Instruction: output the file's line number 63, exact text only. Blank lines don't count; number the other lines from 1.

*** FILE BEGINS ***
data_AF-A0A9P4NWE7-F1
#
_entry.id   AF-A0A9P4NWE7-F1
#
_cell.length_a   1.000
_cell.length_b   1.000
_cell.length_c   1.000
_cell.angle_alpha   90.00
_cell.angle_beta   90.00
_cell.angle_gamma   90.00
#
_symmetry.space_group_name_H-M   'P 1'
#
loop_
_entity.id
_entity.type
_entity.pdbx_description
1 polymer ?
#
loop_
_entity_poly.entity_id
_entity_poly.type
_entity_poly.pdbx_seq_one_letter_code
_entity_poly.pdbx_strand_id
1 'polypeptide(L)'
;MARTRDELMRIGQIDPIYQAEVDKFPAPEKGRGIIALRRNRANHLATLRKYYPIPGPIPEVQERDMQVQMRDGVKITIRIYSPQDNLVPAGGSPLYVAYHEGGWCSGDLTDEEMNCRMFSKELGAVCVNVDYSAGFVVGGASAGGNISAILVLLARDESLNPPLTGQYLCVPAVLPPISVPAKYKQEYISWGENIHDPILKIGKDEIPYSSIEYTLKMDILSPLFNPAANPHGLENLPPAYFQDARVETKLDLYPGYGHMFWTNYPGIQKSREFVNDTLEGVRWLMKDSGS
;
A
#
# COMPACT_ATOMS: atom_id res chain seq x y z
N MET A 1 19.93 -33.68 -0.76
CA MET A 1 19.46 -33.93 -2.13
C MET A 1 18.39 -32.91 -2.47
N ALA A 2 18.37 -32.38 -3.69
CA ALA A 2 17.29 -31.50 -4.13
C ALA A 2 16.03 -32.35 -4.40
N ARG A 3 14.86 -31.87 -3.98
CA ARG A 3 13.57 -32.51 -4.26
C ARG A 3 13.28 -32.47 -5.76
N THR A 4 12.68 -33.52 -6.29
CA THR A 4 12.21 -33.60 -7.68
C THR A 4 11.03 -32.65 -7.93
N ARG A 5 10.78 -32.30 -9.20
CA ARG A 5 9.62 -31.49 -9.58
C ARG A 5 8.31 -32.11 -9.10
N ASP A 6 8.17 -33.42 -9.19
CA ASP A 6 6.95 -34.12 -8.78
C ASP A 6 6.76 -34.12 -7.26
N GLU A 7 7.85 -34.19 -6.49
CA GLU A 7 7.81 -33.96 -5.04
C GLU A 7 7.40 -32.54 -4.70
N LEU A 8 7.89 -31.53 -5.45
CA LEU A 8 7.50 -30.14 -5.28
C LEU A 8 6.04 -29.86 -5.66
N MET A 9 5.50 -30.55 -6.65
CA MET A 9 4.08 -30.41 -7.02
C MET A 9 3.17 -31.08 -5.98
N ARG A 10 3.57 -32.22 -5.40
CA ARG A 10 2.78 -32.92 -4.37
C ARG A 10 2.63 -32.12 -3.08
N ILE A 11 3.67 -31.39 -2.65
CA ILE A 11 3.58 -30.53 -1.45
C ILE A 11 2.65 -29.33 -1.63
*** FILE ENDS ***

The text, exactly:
C ILE A 11 2.65 -29.33 -1.63